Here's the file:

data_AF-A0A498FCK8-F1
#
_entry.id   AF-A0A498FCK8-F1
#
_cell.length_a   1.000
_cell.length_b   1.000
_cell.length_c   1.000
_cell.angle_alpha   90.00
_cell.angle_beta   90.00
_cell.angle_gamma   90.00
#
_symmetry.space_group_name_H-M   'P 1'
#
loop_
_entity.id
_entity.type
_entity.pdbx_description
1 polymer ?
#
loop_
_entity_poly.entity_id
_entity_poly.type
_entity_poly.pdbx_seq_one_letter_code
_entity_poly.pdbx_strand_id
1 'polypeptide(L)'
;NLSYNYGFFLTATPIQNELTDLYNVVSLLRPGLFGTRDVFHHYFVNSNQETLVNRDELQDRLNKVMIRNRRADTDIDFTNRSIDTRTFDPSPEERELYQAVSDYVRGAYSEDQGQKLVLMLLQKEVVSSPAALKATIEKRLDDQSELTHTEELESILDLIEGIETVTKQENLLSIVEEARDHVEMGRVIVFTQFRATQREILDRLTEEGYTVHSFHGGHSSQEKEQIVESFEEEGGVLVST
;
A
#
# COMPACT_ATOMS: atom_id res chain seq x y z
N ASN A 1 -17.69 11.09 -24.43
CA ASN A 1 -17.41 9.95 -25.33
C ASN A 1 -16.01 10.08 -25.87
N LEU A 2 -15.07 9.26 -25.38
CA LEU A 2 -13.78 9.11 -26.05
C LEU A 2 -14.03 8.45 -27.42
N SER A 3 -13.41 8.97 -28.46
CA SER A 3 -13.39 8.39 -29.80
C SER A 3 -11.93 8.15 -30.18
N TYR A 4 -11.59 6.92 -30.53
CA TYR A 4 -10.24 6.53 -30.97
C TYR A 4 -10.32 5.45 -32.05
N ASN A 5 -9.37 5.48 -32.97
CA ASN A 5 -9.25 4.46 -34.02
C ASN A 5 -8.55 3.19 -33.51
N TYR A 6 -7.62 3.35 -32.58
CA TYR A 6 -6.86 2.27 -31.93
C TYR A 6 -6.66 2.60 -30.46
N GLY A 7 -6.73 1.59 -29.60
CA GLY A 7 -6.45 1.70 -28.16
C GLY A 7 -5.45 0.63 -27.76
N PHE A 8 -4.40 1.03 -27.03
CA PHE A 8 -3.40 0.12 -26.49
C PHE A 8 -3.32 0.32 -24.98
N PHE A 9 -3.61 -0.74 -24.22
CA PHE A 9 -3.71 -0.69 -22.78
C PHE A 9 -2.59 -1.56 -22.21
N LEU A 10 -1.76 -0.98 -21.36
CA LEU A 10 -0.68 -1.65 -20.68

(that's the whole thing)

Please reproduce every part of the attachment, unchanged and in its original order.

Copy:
data_AF-A0A498FCK8-F1
#
_entry.id   AF-A0A498FCK8-F1
#
_cell.length_a   1.000
_cell.length_b   1.000
_cell.length_c   1.000
_cell.angle_alpha   90.00
_cell.angle_beta   90.00
_cell.angle_gamma   90.00
#
_symmetry.space_group_name_H-M   'P 1'
#
loop_
_entity.id
_entity.type
_entity.pdbx_description
1 polymer ?
#
loop_
_entity_poly.entity_id
_entity_poly.type
_entity_poly.pdbx_seq_one_letter_code
_entity_poly.pdbx_strand_id
1 'polypeptide(L)'
;NLSYNYGFFLTATPIQNELTDLYNVVSLLRPGLFGTRDVFHHYFVNSNQETLVNRDELQDRLNKVMIRNRRADTDIDFTNRSIDTRTFDPSPEERELYQAVSDYVRGAYSEDQGQKLVLMLLQKEVVSSPAALKATIEKRLDDQSELTHTEELESILDLIEGIETVTKQENLLSIVEEARDHVEMGRVIVFTQFRATQREILDRLTEEGYTVHSFHGGHSSQEKEQIVESFEEEGGVLVST
;
A
#
# COMPACT_ATOMS: atom_id res chain seq x y z
N ASN A 1 -17.69 11.09 -24.43
CA ASN A 1 -17.41 9.95 -25.33
C ASN A 1 -16.01 10.08 -25.87
N LEU A 2 -15.07 9.26 -25.38
CA LEU A 2 -13.78 9.11 -26.05
C LEU A 2 -14.03 8.45 -27.42
N SER A 3 -13.41 8.97 -28.46
CA SER A 3 -13.39 8.39 -29.80
C SER A 3 -11.93 8.15 -30.18
N TYR A 4 -11.59 6.92 -30.53
CA TYR A 4 -10.24 6.53 -30.97
C TYR A 4 -10.32 5.45 -32.05
N ASN A 5 -9.37 5.48 -32.97
CA ASN A 5 -9.25 4.46 -34.02
C ASN A 5 -8.55 3.19 -33.51
N TYR A 6 -7.62 3.35 -32.58
CA TYR A 6 -6.86 2.27 -31.93
C TYR A 6 -6.66 2.60 -30.46
N GLY A 7 -6.73 1.59 -29.60
CA GLY A 7 -6.45 1.70 -28.16
C GLY A 7 -5.45 0.63 -27.76
N PHE A 8 -4.40 1.03 -27.03
CA PHE A 8 -3.40 0.12 -26.49
C PHE A 8 -3.32 0.32 -24.98
N PHE A 9 -3.61 -0.74 -24.22
CA PHE A 9 -3.71 -0.69 -22.78
C PHE A 9 -2.59 -1.56 -22.21
N LEU A 10 -1.76 -0.98 -21.36
CA LEU A 10 -0.68 -1.65 -20.68